One of the major purposes of a hospital is to help contain disease, and keep it from spreading so that patients don’t become sicker, and hospital staff don’t get sick themselves.
Unfortunately, the threat of infection is often rampant, and is difficult to control. And one of the surprising reasons why is due to the clothing that many healthcare practitioners wear on the job.
Apparently, even when nurses don scrubs that have antibacterial properties, this still does not do everything to prevent the bacteria contamination from occurring.
This conclusion was brought to light after a a group of researchers from Duke University Hospital began studying the effects of nurses’ clothing on the spreading of bacteria.
By following 40 different nurses, who each wore three types of scrubs across three 12-hour consecutive shifts, the researchers were able to study how well the clothing stood up to disease. The researchers also took cultures of the environment, patients, and nurses’ scrubs before and after every shift.
However, upon studying the results of the study, the researchers came to a surprising conclusion. The evidence shows there is no distinguishable difference in the amount of contamination between the pairs of scrubs.
According to the evidence, scrubs contain new bacteria during 16% of shifts, even when the nurses need to wear gloves and gowns. Staphylococcus aureus (including MRSA) was one of the most common pathogens on the scrubs.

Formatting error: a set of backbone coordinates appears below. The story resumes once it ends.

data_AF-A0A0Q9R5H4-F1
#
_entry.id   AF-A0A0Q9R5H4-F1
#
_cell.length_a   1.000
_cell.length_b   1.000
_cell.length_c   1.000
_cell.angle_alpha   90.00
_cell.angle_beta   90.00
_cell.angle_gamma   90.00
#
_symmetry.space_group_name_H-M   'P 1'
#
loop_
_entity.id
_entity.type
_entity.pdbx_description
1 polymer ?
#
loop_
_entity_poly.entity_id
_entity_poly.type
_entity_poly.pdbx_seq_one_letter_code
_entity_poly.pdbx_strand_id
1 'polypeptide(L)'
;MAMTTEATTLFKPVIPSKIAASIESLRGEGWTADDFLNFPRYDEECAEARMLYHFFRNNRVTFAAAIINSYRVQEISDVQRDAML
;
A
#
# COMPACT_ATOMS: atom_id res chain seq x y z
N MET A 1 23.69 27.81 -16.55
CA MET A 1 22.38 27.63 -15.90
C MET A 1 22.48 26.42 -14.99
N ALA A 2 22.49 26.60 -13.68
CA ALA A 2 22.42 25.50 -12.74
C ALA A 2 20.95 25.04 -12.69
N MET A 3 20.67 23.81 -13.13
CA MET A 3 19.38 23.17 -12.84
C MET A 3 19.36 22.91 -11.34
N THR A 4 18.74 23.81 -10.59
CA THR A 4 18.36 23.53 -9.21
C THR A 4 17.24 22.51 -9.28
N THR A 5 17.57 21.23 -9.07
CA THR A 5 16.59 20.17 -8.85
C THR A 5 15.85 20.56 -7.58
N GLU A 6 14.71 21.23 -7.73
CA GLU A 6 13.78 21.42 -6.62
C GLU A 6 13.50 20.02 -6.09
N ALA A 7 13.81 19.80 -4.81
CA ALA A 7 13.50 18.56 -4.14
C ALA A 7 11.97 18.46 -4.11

This is scary news for patients and families of patients, as this may alter their perception of the cleanliness of hospitals and other medical facilities.
“There is no such thing as a sterile environment,” said Anderson. “Bacteria and pathogens will always be in the environment. Hospitals need to create and use protocols for improved cleaning of the healthcare environment, and patients and family members should feel empowered to ask healthcare providers if they are doing everything they can to keep their loved one from being exposed to bacteria in the environment.”
Until then, the authors of the study recommend frequent hand washing, especially while entering and exiting rooms. They also recommend wearing gloves and gowns – even when the nurse is not having direct contact with the patient.